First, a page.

Last time I checked, Docker didn't have any means to give container access to host serial or USB port. Is there a trick which allows doing that?
There are a couple of options. First and foremost, as noted by @Mark below, Docker version 1.2.0 (released 2014/08) added the
--device flag that use can use to access USB devices without
docker run -t -i --device=/dev/ttyUSB0 ubuntu bash
Alternatively, assuming your USB device is available with drivers working, etc. on the host in
/dev/bus/usb, you can mount this in the container using privileged mode and the volumes option. For example:
docker run -t -i --privileged -v /dev/bus/usb:/dev/bus/usb ubuntu bash
Note that as the name implies,
--privileged is insecure and should be handled with care.
With current versions of Docker, you can use the
--device flag to achieve what you want, without needing to give access to all USB devices.
For example, if you wanted to make only
/dev/ttyUSB0 accessible within your Docker container, you could do something like:
docker run -t -i --device=/dev/ttyUSB0 ubuntu bash
I wanted to extend the answers already given to include support for dynamically connected devices that aren't captured with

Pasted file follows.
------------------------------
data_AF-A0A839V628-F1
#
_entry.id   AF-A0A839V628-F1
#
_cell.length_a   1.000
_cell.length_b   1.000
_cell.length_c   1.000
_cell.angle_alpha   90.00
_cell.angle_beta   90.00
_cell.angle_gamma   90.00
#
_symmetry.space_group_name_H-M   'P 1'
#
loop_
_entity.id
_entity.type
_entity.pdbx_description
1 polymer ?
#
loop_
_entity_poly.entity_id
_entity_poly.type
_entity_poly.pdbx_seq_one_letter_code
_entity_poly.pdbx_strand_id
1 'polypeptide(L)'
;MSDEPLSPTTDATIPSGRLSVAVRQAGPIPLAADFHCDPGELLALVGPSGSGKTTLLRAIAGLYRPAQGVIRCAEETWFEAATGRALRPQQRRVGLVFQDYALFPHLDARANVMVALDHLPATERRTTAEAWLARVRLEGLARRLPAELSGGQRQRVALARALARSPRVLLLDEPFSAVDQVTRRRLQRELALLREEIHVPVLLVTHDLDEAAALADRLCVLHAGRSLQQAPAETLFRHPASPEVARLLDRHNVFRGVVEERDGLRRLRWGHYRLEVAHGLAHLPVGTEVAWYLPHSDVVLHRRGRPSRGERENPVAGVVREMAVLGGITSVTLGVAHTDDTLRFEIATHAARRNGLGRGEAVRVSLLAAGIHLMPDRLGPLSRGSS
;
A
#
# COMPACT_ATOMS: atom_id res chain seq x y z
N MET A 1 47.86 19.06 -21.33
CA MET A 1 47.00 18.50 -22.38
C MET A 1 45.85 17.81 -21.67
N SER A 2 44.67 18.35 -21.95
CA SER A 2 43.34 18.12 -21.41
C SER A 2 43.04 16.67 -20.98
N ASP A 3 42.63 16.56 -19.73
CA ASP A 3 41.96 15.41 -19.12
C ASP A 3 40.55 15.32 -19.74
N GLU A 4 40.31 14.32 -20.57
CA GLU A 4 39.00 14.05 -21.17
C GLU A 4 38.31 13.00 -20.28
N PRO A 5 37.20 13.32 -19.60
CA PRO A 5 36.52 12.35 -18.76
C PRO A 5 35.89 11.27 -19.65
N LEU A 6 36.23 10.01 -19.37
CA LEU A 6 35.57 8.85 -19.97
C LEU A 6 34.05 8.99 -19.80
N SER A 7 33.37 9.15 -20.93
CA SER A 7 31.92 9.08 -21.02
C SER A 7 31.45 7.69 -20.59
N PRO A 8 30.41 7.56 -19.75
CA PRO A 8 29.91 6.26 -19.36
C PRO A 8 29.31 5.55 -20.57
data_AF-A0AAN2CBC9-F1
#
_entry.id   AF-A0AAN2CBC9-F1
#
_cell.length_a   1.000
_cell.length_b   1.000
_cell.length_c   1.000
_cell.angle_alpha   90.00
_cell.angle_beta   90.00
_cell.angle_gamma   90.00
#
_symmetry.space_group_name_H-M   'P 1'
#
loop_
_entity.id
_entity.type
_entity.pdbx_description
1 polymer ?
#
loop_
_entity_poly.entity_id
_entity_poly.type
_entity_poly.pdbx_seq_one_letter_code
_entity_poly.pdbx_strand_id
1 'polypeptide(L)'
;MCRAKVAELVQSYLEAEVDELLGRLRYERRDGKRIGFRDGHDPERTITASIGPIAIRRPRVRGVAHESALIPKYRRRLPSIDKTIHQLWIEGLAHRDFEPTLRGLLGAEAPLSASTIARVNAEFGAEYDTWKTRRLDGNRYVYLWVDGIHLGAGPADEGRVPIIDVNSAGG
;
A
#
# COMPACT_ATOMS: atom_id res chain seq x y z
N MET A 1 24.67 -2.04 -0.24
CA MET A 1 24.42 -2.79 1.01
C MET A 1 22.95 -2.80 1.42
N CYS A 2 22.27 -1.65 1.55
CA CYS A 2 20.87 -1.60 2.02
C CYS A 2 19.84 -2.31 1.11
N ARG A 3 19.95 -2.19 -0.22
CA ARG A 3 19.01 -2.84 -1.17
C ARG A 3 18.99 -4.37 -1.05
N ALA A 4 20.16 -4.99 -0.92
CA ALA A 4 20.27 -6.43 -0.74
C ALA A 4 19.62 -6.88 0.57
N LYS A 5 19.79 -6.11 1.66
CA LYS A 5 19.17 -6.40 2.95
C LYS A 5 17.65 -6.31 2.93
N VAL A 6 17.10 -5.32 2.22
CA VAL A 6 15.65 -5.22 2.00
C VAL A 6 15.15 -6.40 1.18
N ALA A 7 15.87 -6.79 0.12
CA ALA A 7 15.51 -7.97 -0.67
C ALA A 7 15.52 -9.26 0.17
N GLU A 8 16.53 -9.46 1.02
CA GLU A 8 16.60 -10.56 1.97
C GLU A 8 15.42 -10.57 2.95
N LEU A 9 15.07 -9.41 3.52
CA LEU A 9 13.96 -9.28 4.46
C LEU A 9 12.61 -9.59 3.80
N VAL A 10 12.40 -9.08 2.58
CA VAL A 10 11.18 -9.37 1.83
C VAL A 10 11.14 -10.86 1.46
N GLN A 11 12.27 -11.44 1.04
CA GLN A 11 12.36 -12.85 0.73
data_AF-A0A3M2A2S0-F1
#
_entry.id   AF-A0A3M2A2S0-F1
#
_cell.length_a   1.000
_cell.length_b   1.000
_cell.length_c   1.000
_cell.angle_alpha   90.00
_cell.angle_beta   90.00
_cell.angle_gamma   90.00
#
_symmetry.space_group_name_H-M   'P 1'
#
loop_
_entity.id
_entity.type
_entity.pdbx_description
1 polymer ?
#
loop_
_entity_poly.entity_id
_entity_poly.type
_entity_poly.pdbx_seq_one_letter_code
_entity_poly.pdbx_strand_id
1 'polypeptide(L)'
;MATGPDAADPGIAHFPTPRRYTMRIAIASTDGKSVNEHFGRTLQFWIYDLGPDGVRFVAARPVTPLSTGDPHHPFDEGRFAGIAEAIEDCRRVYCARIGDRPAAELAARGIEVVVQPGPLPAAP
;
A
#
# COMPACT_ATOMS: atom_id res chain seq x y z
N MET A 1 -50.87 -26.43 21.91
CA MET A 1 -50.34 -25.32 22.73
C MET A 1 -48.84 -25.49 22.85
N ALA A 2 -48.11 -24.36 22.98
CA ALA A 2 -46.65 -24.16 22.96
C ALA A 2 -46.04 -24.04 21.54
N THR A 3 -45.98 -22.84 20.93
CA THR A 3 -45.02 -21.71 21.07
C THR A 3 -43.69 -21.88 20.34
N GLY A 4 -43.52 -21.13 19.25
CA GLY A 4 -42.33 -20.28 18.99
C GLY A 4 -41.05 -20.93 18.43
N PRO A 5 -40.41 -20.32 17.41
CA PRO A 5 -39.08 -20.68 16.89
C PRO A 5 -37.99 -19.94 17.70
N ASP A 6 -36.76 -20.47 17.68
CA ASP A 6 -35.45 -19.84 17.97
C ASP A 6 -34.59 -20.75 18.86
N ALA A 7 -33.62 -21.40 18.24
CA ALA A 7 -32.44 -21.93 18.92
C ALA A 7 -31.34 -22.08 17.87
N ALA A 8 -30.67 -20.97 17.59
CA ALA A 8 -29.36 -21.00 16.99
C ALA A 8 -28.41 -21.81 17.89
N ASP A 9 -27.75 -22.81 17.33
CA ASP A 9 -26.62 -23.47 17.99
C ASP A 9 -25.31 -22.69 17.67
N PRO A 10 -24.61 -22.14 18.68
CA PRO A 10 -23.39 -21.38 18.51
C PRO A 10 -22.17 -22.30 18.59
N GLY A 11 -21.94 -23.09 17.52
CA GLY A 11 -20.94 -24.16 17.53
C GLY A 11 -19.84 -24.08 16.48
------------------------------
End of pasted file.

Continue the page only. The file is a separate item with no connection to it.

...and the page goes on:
/dev/bus/usb and how to get this working when using a Windows host along with the boot2docker VM.
If you are working with Windows, you'll need to add any USB rules for devices that you want Docker to access within the VirtualBox manager. To do this you can stop the VM by running:
host:~$ docker-machine stop default
Open the VirtualBox Manager and add USB support with filters as required.
Start the boot2docker VM:
host:~$ docker-machine start default
Since the USB devices are connected to the boot2docker VM, the commands need to be run from that machine. Open up a terminal with the VM and run the docker run command:
host:~$ docker-machine ssh [email protected]:~$ docker run -it --privileged ubuntu bash
Note, when the command is run like this, then only previously connected USB devices will be captures. The volumes flag is only required if you want this to work with devices connected after the container is started. In that case, you can use:
[email protected]:~$ docker run -it --privileged -v /dev:/dev ubuntu bash
Note, I had to use
/dev instead of
/dev/bus/usb in some cases to capture a device like
/dev/sg2. I can only assume the same would be true for devices like
The docker run commands will work with a Linux host as well.
--device works until your USB device gets unplugged/replugged and then it stops working. You have to use cgroup devices.allow get around it.
You could just use
-v /dev:/dev but that's unsafe as it maps all the devices from your host into the container, including raw disk devices and so forth. Basically this allows the container to gain root on the host, which is usually not what you want.
Using the cgroups approach is better in that respect and works on devices that get added after the container as started.
See details here: Accessing USB Devices In Docker without using --privileged
It's a bit hard to paste, but in a nutshell, you need to get the major number for your character device and send that to cgroup: